Severe Weather Discussion for April 6, 2010.
– Severe thunderstorms are expected across the eastern 2/3rds of
Oklahoma this afternoon and evening. Primary threats with initial
convection will be damaging hail and tornadoes. Later in the evening,
the threat will shift to damaging winds.
– Chase Readiness is increased to Level 4.
12z models are consistent with prior runs and there are no major
changes to prior thinking. At this point the models are not that
useful and will turn to observational tools for decisions later today.
Current thinking continues to be the dryline ending up near HWY 81
at convective initiation. Storms should rapidly go severe given CAPE
values AOA 1500 J/Kg. NAM has finally resolved the 850mb moisture
issue and seems inline with other models. This has been noted on the
NAM in past events and as recent as December 24th snow storm (seems to
be a NAM bias).
15z SPC analysis and Mesonet data indicate the dryline is on TX/OK
border with CAPE values in this area around 1500 J/Kg. Normalized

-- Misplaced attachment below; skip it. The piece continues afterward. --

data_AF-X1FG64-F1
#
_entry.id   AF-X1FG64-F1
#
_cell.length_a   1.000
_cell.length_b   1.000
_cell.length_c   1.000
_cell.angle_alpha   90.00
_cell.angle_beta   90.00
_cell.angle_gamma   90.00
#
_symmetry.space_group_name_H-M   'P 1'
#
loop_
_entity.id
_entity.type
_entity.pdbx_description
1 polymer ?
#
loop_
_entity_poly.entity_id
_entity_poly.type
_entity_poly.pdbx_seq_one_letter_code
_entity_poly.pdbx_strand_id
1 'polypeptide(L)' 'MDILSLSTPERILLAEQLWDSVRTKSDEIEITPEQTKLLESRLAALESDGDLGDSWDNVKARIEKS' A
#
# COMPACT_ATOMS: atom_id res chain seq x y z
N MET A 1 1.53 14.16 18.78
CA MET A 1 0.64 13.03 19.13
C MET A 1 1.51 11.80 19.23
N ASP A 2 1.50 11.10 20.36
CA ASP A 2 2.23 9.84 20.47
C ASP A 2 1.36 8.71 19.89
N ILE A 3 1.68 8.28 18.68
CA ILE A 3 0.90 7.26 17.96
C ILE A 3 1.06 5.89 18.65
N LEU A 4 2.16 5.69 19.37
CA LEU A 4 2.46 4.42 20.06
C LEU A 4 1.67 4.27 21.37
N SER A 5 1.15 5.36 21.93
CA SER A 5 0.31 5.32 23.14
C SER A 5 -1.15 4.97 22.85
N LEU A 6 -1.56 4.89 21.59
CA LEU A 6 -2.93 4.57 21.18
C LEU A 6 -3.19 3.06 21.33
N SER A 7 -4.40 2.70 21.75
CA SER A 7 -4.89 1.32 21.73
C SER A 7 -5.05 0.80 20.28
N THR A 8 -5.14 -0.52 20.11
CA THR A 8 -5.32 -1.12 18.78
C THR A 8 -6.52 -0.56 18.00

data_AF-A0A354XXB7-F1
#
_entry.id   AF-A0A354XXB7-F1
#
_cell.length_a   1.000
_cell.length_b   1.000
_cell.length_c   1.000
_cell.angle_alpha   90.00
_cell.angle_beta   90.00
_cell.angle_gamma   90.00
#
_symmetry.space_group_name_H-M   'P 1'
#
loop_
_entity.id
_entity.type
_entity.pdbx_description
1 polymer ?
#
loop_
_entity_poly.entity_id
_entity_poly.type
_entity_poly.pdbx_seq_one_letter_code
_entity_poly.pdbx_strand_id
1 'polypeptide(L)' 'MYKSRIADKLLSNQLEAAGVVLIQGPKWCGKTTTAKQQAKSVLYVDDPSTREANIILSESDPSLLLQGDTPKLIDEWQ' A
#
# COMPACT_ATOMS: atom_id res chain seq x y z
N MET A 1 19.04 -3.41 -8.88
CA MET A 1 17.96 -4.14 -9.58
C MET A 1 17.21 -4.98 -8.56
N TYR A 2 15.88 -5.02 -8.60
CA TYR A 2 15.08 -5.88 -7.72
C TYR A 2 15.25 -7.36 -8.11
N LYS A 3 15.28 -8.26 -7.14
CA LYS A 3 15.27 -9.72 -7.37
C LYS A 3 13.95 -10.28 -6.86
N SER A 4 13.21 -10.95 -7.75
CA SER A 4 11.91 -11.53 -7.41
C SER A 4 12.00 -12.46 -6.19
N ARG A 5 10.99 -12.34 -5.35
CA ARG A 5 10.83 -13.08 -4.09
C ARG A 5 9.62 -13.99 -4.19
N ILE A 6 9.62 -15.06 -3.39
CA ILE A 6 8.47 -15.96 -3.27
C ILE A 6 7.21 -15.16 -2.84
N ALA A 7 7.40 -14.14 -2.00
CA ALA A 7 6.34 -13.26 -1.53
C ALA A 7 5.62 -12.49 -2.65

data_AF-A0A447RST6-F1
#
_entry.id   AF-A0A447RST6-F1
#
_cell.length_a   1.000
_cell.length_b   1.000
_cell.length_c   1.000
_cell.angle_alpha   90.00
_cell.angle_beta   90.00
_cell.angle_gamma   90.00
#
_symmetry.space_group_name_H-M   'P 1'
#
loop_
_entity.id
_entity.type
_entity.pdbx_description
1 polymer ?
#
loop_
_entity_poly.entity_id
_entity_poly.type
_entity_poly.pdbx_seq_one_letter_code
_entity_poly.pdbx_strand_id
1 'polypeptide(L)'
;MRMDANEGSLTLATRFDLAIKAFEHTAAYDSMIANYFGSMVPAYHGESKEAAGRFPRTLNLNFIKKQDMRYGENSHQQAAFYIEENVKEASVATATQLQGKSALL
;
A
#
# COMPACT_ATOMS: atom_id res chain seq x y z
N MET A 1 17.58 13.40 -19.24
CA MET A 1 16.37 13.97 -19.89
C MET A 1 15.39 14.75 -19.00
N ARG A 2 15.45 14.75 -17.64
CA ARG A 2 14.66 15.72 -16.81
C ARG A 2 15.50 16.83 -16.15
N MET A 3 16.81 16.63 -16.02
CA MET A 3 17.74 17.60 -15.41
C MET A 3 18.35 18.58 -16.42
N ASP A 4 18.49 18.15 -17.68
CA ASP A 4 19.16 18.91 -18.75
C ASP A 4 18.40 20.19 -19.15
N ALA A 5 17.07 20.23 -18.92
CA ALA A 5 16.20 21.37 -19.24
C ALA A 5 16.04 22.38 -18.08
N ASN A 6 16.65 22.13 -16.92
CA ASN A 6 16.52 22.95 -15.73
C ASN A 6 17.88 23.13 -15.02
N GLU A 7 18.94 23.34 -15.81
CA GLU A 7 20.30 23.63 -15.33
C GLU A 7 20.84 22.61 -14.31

CAPE is very low, but not a shocker this early in the game. Clouds
are thinning across the region and would expect surface heating to
increase during the late morning and afternoon hours. Surface winds
are veering a little in northern Oklahoma and this is expected and
shown by the models. Winds should back a little later today as the
influences from the first shortwave trof leaves the area.
12z NAM shows no QPF on the dryline today whereas the GFS does. GFS
has slowed the dryline movement and appears more inline with the NAM.
GFS also has a 2000 J/Kg CAPE max just east of OKC, so this will have
to be watched. QFP remains limited across the state with models
having great variability. I think this is a good thing since it
certainly implies isolated storms. Of course I've seen no QFP
forecasts turn into a squall line.
The chase target is quite variable right now and will truly center on
what observational analysis shows around 2pm. There is no reason to
flop all over the place at this point. My interest is to hang close
to OKC but be flexible enough to drop south a little or scream north.
I'm not that interested in going too far south given same instability
but less mid-level flow. GFS shows deep layer UVV's entering central
Oklahoma around 00z, which could certainly enhance ongoing activity.
Storms are expected to develop between 4-6pm.
Level 4 – heading out around 15:00 CDT. The target area remains
unknown, but somewhere around Yukon, Kingfisher, Guthrie, OKC.
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